Perl vs Python

Here at Cranfield University we work a lot with data in our GIS and data-related teaching and research. A common challenge is in transferring a complex dataset that is in one format into another format to make it useable. Many times there are tools we can use to help in that manipulation, both proprietary and open source. For the spatial datasets we often work with, we can use the range of data convertors in ArcGIS and QGIS, we can use the fantastic ‘Feature Manipulation Engine’ (FME) from Safe inc., or its manifestation in ArcGIS – the data interoperability tool, then again we can look to libraries such as the Geospatial Data Abstraction Library (gdal) for scripted functionality. As ever in computing, there are many ways of achieving our objectives.

However, sometimes there is nothing for it but to hack away in a favourite programming scripting language to make the conversion. Traditionally we used the wonderfully eclectic ‘Perl‘ language (pathologically eclectic rubbish lister – look it up!!) More recently the emphasis has perhaps shifted to Python as the language of choice. Certainly, if we are asked by our students which general purpose programming language to use for data manipulation, we advise Python is the one to have experience with on the CV.

If we have a simple data challenge, for example, we might want to convert an ASCII text file with data in one format to another format and write it out to a new file. We might want to go say from a file in this format (in ‘input.csv’):

AL1 1AG,1039499.00,0
AL1 1AG,383009.76,10251
etc......

To this format (in ‘output.csv’) …

UK,Item 1,R,AL1 1AG,,,,,,,,,,1039499.00,0,,,,
UK,Item 2,R,AL1 1AG,,,,,,,,,,383009.76,10251,,,,
etc......

For this Perl is a great solution – integration the strengths of awk and sed. Perl can produce code which quickly chomps through huge data files. One has to be careful as to how the code is developed, to ensure its readability. Sometimes, coming back to a piece of code one can struggle to remember how it works for a while – and this is especially so where the code is highly compacted.

#!/usr/bin/env perl
# Call as ‘perl script.pl <in_file> > <out_file>‘
# e.g. perl script.pl input.csv > output.csv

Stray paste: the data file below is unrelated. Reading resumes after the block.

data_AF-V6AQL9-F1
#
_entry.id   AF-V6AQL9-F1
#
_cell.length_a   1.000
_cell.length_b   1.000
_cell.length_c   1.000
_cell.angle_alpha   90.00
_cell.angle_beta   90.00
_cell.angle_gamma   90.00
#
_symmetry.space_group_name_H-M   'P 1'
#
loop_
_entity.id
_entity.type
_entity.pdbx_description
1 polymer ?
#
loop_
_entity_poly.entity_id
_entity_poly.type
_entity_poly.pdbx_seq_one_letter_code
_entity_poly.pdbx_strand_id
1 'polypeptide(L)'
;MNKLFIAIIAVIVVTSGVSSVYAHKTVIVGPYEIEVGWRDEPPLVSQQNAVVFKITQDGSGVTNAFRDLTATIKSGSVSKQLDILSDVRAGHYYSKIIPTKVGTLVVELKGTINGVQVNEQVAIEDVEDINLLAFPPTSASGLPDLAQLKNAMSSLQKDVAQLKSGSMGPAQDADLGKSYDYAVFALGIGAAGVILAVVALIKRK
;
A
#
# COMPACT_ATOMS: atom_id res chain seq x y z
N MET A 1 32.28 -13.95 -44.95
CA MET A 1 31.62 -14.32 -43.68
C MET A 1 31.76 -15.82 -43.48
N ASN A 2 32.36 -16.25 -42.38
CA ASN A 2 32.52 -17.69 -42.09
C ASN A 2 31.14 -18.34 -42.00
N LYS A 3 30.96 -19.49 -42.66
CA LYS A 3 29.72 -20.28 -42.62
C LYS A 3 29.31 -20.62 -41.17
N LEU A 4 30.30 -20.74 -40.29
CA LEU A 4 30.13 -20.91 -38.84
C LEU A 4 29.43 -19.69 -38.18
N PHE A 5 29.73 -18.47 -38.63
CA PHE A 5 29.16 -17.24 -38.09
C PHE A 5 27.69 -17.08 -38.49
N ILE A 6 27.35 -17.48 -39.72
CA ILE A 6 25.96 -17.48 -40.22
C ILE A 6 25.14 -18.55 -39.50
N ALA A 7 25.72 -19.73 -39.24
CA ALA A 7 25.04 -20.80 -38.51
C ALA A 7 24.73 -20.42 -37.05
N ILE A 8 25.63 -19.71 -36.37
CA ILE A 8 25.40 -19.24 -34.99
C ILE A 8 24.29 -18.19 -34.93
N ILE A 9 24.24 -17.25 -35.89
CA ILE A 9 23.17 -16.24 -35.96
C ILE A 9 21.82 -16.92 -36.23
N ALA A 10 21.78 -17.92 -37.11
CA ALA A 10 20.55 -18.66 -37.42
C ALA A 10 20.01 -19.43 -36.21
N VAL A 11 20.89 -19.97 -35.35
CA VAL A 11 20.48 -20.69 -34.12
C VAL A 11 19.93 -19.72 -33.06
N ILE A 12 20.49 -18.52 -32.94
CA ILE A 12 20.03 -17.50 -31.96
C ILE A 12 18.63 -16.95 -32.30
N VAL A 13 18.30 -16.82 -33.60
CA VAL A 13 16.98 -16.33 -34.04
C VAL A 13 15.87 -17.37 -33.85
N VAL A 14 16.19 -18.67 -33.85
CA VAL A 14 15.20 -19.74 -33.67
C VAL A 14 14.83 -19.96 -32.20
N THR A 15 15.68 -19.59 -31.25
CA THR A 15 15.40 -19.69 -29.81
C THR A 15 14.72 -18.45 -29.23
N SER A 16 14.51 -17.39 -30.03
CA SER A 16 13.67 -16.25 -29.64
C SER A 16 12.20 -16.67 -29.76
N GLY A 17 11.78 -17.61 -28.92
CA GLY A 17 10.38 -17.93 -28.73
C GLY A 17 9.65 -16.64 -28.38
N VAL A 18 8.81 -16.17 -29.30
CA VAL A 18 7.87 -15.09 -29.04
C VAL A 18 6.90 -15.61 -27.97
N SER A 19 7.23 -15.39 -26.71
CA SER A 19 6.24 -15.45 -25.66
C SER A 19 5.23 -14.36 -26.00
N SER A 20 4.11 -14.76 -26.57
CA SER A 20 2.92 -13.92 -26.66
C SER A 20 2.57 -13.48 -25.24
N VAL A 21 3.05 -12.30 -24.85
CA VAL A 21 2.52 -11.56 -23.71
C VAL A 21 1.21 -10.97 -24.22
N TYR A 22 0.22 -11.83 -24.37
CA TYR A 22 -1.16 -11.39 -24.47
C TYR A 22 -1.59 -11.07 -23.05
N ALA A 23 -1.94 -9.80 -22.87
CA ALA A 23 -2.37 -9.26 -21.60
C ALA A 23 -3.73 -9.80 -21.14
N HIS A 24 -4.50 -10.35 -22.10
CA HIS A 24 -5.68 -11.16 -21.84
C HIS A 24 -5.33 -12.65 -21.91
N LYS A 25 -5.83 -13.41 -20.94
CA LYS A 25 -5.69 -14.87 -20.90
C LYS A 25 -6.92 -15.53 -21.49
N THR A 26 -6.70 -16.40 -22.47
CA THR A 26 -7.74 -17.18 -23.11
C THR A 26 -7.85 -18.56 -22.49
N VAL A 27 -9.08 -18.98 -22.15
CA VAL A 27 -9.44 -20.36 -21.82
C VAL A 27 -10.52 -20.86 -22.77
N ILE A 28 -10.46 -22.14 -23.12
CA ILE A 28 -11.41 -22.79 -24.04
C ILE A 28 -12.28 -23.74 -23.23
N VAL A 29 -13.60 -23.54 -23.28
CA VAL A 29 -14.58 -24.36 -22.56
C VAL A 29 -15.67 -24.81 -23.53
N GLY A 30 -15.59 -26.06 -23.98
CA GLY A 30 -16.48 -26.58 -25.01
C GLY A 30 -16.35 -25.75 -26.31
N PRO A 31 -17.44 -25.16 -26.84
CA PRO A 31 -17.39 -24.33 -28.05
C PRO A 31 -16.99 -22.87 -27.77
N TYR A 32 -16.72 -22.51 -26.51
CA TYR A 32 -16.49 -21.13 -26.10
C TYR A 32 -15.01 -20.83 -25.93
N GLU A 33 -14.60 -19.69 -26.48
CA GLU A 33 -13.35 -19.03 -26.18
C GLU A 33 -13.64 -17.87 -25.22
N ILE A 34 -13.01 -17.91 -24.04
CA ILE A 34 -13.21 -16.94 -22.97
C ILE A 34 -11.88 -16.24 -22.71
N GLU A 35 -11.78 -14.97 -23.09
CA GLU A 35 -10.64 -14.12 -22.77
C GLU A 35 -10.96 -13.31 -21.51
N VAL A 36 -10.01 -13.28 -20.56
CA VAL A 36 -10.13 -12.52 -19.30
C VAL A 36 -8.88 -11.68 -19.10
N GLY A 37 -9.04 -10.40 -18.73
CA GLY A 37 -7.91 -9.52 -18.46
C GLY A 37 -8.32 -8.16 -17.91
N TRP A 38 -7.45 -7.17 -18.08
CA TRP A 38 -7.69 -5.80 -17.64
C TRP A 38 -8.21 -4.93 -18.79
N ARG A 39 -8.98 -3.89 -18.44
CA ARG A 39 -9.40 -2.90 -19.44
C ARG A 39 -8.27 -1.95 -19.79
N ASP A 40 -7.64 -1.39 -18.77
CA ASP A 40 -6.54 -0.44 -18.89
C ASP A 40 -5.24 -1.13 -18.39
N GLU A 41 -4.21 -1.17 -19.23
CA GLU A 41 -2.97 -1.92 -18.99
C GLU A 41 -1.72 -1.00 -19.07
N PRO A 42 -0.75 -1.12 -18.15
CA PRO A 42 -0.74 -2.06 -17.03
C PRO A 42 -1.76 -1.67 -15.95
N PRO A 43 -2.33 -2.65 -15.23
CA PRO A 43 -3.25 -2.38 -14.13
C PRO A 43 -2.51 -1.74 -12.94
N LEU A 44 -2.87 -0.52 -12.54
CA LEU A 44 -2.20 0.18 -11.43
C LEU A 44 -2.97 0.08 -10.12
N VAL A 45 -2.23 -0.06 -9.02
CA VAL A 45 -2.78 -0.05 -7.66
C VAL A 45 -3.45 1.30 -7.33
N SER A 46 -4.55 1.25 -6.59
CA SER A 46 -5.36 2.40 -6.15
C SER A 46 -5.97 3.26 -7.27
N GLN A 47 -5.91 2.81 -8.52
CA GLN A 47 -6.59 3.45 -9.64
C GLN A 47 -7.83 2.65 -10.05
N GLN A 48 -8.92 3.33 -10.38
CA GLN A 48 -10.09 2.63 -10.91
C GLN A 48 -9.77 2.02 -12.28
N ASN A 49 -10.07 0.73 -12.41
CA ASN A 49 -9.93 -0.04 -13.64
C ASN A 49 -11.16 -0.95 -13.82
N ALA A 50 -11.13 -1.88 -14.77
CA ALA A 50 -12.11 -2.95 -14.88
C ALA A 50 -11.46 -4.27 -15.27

use Text::CSV;
my $csv = Text::CSV->new({sep_char => ',' });
$j=1;
while (<>) {
  chomp;
  if ($csv->parse($_)) {
    my @fields = $csv->fields();
    printf("UK,Item %d,R,%s,,,,,,,,,,%s,%s,,,,\n",$j++,@fields[0],@fields[1],@fields[2]);
  }       
}

The equivalent task in Python is equally simple, and perhaps a little more readable…

#!/usr/bin/env python
# python3 code
# Call as 'python3 script.py'
import csv
o = open('output.csv','w')
with open('input.csv', 'r') as f:
   reader = csv.reader(f)
   mylist = list(reader)
j = 0
for row in mylist:
   j+=1
   o.write('UK,Item {:d},R,{:s},,,,,,,,,{:s},{:s},,,,\n'.format(j, row[0], row[1], row[2]$

Note the code above is Python3 not Python2. Like Perl (with cpan), Python is extensible (with pip) – and in fact one really needs to use extensions (modules, or imported libraries) to get the most out of it (and to help prevent you needing to reinvent the wheel and introducing unnecessary errors). There is no need to write lots of code for handling CSV files for example – the csv library above does this very efficiently in Python. Likewise, if say we want to write data back out to JSON (JavaScript Object Notation format), again the json library can come to the rescue:

import csv
import json
jsonfile = open('/folderlocation/output.json', 'w')
with open('/folderlocation/input.csv', newline='', encoding='utf-8-sig') as csvfile:
    reader = csv.reader(csvfile)
    for row in reader:
        print(', '.join(row))
        json.dump(row, jsonfile)

There is probably not really a lot in the difference between the two languages – it all rather depends on ones preferences. However, for GIS professionals, Python expertise is a must as it is adopted as the scripting language of choice in ArcGIS (in fact even being shipped with ArcGIS). Other alternatives exist of course for these sorts of tasks – ‘R‘ is one that comes to mind – again being equally extensible.